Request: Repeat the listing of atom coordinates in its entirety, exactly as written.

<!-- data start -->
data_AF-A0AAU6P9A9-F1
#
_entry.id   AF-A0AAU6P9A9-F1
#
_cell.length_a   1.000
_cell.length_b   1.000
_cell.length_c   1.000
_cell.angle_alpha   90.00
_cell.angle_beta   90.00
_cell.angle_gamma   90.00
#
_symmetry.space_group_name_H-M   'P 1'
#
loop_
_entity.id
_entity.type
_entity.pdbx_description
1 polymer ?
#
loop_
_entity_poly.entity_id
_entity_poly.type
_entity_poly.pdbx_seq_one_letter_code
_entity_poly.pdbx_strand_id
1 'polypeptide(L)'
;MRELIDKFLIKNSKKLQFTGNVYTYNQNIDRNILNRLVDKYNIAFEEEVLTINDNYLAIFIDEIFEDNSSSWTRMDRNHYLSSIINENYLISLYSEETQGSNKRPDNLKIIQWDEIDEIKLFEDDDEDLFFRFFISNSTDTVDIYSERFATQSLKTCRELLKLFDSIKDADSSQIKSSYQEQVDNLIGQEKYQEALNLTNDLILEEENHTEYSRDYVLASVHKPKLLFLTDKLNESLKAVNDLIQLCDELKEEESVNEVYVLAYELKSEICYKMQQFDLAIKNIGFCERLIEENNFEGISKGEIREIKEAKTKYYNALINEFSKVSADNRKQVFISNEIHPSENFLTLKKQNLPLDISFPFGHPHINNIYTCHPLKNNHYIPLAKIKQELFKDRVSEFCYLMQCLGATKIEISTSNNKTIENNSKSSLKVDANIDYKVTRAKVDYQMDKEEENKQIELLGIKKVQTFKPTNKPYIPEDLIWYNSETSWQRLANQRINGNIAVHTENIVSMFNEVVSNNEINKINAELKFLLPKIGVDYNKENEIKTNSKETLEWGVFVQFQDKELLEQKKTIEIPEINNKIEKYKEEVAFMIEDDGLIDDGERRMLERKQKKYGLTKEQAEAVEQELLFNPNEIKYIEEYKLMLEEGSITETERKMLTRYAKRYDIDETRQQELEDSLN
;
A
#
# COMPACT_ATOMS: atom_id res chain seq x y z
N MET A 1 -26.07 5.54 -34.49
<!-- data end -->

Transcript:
data_AF-A0AAU6P9A9-F1
#
_entry.id   AF-A0AAU6P9A9-F1
#
_cell.length_a   1.000
_cell.length_b   1.000
_cell.length_c   1.000
_cell.angle_alpha   90.00
_cell.angle_beta   90.00
_cell.angle_gamma   90.00
#
_symmetry.space_group_name_H-M   'P 1'
#
loop_
_entity.id
_entity.type
_entity.pdbx_description
1 polymer ?
#
loop_
_entity_poly.entity_id
_entity_poly.type
_entity_poly.pdbx_seq_one_letter_code
_entity_poly.pdbx_strand_id
1 'polypeptide(L)'
;MRELIDKFLIKNSKKLQFTGNVYTYNQNIDRNILNRLVDKYNIAFEEEVLTINDNYLAIFIDEIFEDNSSSWTRMDRNHYLSSIINENYLISLYSEETQGSNKRPDNLKIIQWDEIDEIKLFEDDDEDLFFRFFISNSTDTVDIYSERFATQSLKTCRELLKLFDSIKDADSSQIKSSYQEQVDNLIGQEKYQEALNLTNDLILEEENHTEYSRDYVLASVHKPKLLFLTDKLNESLKAVNDLIQLCDELKEEESVNEVYVLAYELKSEICYKMQQFDLAIKNIGFCERLIEENNFEGISKGEIREIKEAKTKYYNALINEFSKVSADNRKQVFISNEIHPSENFLTLKKQNLPLDISFPFGHPHINNIYTCHPLKNNHYIPLAKIKQELFKDRVSEFCYLMQCLGATKIEISTSNNKTIENNSKSSLKVDANIDYKVTRAKVDYQMDKEEENKQIELLGIKKVQTFKPTNKPYIPEDLIWYNSETSWQRLANQRINGNIAVHTENIVSMFNEVVSNNEINKINAELKFLLPKIGVDYNKENEIKTNSKETLEWGVFVQFQDKELLEQKKTIEIPEINNKIEKYKEEVAFMIEDDGLIDDGERRMLERKQKKYGLTKEQAEAVEQELLFNPNEIKYIEEYKLMLEEGSITETERKMLTRYAKRYDIDETRQQELEDSLN
;
A
#
# COMPACT_ATOMS: atom_id res chain seq x y z
N MET A 1 -26.07 5.54 -34.49